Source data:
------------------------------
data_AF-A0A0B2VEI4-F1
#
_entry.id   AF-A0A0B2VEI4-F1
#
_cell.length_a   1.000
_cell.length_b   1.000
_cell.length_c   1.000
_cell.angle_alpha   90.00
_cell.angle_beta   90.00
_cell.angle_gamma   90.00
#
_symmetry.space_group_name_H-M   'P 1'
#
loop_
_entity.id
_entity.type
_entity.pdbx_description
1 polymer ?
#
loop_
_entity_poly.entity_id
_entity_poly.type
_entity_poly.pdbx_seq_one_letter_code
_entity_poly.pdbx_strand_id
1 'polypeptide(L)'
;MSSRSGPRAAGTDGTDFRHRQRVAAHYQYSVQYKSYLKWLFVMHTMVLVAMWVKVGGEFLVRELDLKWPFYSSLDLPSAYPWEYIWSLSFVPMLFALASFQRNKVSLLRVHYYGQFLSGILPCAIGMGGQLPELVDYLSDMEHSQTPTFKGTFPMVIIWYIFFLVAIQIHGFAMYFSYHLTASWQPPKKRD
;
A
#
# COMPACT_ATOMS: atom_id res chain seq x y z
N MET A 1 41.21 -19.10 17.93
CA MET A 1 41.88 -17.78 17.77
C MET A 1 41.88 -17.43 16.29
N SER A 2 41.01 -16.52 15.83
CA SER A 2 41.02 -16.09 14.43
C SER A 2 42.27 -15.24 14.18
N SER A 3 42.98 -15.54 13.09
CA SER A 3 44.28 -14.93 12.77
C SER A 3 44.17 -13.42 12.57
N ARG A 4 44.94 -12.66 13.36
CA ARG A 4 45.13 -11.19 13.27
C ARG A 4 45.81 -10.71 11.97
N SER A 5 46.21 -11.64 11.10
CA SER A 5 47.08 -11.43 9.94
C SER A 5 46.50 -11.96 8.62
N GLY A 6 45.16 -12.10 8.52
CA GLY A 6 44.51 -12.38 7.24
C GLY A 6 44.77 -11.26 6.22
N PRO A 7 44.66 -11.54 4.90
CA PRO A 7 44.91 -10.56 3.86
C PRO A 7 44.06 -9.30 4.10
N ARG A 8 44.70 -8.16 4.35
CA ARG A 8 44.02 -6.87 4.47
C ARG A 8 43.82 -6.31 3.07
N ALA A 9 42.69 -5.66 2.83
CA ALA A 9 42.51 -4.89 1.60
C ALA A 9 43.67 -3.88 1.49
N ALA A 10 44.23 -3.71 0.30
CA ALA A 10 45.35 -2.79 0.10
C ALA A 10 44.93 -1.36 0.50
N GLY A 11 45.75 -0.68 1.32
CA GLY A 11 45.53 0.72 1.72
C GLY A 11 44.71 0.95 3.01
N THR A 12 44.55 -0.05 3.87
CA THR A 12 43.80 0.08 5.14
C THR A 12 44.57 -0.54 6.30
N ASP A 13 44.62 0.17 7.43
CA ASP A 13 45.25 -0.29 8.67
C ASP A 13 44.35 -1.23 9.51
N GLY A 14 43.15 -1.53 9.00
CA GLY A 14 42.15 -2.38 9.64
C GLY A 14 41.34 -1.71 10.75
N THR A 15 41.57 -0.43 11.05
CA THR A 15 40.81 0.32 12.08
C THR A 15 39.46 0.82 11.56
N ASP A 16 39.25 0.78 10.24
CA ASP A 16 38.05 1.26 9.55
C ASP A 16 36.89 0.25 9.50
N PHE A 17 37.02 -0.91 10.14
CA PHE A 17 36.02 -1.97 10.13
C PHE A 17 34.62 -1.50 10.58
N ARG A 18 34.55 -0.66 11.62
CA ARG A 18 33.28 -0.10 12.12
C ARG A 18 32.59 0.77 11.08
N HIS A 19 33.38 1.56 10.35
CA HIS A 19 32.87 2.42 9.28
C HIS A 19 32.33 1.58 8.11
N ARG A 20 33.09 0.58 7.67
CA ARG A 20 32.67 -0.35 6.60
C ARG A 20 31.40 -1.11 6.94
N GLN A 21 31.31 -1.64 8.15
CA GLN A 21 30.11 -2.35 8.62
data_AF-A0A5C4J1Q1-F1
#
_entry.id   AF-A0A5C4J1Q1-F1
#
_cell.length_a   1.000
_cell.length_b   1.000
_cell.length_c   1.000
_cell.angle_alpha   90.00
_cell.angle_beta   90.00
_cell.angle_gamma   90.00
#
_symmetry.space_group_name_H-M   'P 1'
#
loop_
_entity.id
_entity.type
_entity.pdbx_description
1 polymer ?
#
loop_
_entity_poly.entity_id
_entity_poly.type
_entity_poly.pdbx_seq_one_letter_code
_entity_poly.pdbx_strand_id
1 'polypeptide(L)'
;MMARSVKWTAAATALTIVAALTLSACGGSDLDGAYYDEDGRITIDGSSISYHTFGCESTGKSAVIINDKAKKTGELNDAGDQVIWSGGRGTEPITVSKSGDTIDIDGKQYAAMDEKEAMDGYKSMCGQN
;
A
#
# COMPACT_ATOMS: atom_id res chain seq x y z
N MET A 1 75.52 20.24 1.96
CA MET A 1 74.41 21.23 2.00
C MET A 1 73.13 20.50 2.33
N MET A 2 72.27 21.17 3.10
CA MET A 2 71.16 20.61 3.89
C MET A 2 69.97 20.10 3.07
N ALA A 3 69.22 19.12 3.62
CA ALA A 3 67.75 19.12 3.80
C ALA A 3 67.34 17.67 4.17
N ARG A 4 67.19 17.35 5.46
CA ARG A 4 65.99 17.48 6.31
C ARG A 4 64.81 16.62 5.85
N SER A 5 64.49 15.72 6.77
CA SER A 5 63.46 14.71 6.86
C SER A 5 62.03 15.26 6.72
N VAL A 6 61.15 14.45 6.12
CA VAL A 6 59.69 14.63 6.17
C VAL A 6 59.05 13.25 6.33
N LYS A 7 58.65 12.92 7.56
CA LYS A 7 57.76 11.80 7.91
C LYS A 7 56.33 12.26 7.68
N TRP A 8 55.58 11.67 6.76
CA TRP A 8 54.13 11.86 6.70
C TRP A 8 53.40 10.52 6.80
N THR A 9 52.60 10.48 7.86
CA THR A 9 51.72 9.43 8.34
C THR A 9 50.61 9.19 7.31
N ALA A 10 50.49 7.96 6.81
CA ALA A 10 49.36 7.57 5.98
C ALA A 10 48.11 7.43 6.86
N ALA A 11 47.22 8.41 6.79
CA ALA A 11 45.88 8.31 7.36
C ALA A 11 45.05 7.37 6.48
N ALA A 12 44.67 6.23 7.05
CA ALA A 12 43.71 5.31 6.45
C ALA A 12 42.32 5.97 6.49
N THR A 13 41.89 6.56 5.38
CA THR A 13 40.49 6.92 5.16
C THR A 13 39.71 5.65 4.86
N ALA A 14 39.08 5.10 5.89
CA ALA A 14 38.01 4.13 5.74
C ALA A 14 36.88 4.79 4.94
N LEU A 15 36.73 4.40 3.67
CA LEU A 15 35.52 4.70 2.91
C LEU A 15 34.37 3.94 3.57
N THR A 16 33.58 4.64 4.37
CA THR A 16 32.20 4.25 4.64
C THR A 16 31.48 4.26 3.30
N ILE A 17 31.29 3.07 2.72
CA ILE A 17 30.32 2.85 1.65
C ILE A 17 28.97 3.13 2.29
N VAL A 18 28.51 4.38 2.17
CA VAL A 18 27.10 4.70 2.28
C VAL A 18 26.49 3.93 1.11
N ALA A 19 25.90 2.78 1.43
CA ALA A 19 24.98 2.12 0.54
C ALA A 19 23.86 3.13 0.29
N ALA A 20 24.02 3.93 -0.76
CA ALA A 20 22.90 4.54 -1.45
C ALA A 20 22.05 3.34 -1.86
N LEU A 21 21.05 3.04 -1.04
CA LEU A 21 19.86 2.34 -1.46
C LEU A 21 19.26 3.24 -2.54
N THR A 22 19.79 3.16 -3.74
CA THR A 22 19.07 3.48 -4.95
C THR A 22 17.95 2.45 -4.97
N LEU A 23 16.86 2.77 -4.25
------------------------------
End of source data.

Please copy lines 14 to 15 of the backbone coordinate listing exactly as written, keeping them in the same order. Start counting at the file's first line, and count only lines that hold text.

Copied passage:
loop_
_entity.id